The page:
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Discussion Starter #1 (Edited)
Well if it isn't one thing its another! The last issues were the fuel lines leaking, now it won't start and seems like a fuel issue. So I took out the meter and had my son turn the key, and I had 6 volts to the pump. I didn't hear or feel it running, so I took the positive lead off and measured the voltage and I was getting 10 or 11 volts. I assume the pump is stuck, and I have read a few people have taken them apart cleaned it up and it worked fine, but I figure I can get a new one since they are available and have this as a back up. That is if it can be fixed! This is the pump that came with the car when I bought it 6 years ago, who knows when it was (Or if it was) replaced.

I know, no biggie, but what about the rubber boots for the posts on the pump? Does anyone make those or know where to get them? I could just put a blub of silicone on them to keep them clean and dry.

Any thoughts or information is appreciated,
 

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If you have a 12volt battery then hook it up directly to the pump and see if it runs. If it does then the pump is OK and you have a high resistance in the circuit. If it does not run then it is dead. If it is a Bosch pump be aware that they cannot cope with rust or scale in the gas as the clearances are very tight.
 

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Discussion Starter #4
I made the one correction in the pervious message, "Didn't" feel or hear it running! Sorry for that one and this is my GTV6. I know these are sensitive pumps and one of the other jobs I did was to clean the strainer for the fuel tank over a year ago. I was happy to see it was intact and nothing came out of the tank other than clean gas.
I was going to jump 12 volts to the pump but it was a time issue on Sunday and if I started doing this I know I would have gone deeper than the time I had before the tapping foot was starting down at me!
New pump is ordered and I will take the bracket's for the pump and filter down and clean them up before the new pump & filter arrive.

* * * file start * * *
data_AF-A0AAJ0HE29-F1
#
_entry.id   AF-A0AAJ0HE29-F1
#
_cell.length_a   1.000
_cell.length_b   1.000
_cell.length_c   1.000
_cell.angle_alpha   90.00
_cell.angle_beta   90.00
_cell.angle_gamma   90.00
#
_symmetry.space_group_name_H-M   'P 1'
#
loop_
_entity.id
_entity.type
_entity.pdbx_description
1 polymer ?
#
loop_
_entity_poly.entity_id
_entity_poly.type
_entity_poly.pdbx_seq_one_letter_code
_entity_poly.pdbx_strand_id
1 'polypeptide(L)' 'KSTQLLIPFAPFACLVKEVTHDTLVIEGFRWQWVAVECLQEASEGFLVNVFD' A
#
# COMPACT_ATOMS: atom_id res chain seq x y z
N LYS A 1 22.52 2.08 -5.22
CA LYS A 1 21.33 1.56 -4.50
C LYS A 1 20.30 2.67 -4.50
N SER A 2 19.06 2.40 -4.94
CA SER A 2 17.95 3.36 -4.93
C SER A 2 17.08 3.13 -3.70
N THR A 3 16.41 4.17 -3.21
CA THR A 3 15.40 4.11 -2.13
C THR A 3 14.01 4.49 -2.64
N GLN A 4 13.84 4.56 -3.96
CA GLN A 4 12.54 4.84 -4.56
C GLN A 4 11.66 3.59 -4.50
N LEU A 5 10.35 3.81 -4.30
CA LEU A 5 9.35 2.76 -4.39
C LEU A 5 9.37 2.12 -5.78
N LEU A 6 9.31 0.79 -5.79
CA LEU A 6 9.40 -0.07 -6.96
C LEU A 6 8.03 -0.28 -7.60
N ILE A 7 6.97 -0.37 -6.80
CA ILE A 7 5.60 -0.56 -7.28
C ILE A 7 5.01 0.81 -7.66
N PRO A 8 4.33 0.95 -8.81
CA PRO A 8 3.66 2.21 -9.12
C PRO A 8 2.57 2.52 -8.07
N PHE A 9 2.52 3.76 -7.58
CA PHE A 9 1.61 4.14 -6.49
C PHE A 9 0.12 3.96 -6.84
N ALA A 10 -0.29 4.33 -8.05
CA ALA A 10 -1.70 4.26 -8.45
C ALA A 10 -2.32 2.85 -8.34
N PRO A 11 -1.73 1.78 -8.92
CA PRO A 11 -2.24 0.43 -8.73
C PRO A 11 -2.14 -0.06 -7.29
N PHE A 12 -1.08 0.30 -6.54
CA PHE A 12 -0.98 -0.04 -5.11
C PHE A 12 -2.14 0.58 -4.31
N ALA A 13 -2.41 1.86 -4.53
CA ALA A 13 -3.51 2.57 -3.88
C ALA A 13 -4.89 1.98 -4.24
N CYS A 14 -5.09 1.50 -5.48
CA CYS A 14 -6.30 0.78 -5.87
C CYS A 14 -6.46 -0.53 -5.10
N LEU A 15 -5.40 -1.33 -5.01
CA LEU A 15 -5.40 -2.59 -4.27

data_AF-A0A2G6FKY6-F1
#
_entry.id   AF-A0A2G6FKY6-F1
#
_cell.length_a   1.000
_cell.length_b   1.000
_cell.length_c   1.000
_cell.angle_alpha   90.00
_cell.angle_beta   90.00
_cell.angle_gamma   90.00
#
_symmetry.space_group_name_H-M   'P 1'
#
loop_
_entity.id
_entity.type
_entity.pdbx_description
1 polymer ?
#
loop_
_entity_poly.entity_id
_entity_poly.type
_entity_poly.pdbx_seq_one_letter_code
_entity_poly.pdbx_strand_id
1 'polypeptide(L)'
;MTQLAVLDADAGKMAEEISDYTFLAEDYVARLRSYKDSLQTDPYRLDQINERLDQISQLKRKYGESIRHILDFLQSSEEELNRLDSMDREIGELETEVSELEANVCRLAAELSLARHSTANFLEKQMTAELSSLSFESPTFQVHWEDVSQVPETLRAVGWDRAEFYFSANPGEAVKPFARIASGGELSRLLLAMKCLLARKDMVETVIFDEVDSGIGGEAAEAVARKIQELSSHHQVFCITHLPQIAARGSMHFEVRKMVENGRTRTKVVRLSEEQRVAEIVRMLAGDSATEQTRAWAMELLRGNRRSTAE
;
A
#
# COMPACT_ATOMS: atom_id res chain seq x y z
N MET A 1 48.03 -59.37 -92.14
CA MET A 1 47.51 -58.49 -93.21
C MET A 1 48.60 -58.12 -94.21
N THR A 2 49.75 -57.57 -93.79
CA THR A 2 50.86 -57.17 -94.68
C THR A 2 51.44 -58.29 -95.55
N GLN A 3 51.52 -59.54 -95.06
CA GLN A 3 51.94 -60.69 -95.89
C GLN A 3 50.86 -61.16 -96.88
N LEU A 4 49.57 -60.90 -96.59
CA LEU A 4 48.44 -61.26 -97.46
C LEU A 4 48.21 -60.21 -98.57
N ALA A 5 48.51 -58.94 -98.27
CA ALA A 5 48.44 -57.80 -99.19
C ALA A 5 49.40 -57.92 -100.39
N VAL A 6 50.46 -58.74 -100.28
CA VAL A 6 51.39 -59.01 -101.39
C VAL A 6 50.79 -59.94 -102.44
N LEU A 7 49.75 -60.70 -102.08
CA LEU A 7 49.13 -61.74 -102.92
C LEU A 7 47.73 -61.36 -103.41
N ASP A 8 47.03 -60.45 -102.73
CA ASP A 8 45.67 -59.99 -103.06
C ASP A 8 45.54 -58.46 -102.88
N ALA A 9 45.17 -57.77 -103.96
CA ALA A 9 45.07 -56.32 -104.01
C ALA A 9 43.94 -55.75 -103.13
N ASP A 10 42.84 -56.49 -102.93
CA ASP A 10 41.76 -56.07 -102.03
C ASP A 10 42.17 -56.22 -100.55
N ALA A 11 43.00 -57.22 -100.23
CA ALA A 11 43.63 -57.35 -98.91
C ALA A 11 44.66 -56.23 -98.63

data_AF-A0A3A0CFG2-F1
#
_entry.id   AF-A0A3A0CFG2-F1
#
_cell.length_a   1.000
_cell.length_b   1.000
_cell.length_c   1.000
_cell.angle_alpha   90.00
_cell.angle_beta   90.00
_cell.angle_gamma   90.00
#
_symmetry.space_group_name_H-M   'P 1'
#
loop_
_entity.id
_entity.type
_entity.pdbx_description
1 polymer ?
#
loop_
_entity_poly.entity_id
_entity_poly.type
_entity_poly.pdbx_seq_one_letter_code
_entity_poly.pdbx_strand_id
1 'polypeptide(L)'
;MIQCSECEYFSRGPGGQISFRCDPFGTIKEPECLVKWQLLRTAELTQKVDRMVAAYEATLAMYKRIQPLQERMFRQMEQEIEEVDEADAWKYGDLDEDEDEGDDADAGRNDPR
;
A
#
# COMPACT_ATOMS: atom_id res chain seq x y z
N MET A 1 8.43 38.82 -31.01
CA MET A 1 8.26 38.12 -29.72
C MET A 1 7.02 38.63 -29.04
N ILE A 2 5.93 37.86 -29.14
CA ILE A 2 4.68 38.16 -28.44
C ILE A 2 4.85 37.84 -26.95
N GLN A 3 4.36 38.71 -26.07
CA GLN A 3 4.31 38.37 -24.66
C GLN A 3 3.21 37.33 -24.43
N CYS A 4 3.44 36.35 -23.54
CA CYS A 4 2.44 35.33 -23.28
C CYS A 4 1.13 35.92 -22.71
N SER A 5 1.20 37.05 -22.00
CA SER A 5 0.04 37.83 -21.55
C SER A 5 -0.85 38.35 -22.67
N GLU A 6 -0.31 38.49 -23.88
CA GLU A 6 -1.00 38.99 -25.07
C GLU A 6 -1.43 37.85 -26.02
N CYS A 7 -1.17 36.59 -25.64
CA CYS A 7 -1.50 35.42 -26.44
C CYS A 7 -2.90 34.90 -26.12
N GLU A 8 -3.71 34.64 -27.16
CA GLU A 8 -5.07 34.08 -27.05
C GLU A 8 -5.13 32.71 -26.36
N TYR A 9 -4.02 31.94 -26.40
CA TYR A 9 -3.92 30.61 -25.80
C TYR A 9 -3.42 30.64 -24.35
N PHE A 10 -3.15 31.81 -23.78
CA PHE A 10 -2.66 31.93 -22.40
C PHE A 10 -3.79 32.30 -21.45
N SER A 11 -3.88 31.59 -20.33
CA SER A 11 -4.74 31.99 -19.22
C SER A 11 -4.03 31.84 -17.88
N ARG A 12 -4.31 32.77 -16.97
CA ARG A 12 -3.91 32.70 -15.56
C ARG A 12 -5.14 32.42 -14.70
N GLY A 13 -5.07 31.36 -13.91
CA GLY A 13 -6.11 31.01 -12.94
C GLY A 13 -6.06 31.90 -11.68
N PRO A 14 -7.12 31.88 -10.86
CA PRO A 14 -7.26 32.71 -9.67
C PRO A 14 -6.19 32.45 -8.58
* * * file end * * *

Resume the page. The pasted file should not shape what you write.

What about the little rubber boots for the positive and negative leads? What replacement would you recommend?
 

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Rubber boots for your electrical connections can be found at Napa, autozone, orielly, etc. Just don’t tell them your looking for Alfa parts or you’ll get a blank look.
 

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Maybe it was bad luck giving fuel pump advice. I drove over some tree debris from the storms last night and a piece took out my pump. It took 3.5 hours from calling AllState motoring club to the tow truck arriving.
 

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Discussion Starter #8
Sorry to alfaparticle for the bad karma. As for the rubber boots, I know that the big auto parts stores are lost when it comes to finding parts, never mind for an old Alfa!
 

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I would recommend to replace the fuel pump hose and use the high pressure hose. I had a small fuel hose leak for several years (Milano Verde) and finally was able to locate the leak which was in front of the firewall.
 

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Maybe it was bad luck giving fuel pump advice. I drove over some tree debris from the storms last night and a piece took out my pump. It took 3.5 hours from calling AllState motoring club to the tow truck arriving.
3.5 hours? Why? Storm?
 

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Call center in India + local company who don't give sheet.

Indian call centers now? Great.

I sold my towing business in 2005. Allstate paid horribly, both in rates and over 60 days. Hard to get quality towing companies to work for them. I fired them pretty quickly.

It can be easier to get towing endorsement on your auto insurance for about 1/3 the cost of a "motor club". You call the tow truck, you pay for it, give the bill to your agent for reimbursement. At least that's how it was in the olden days......
 

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I belong to AAA and get 3 or 4 tows up to 100 miles. I recently had to be towed nearly 50 miles when my Milano broke down on the freeway. The towing rate in Los Angeles is $9 per mile. I had to be towed again for another break down. I had to wait about 30 minutes for each tow. I should upgrade my AAA membership that includes 4 tows up to 200 miles. My auto insurance company only pays $75 for towing.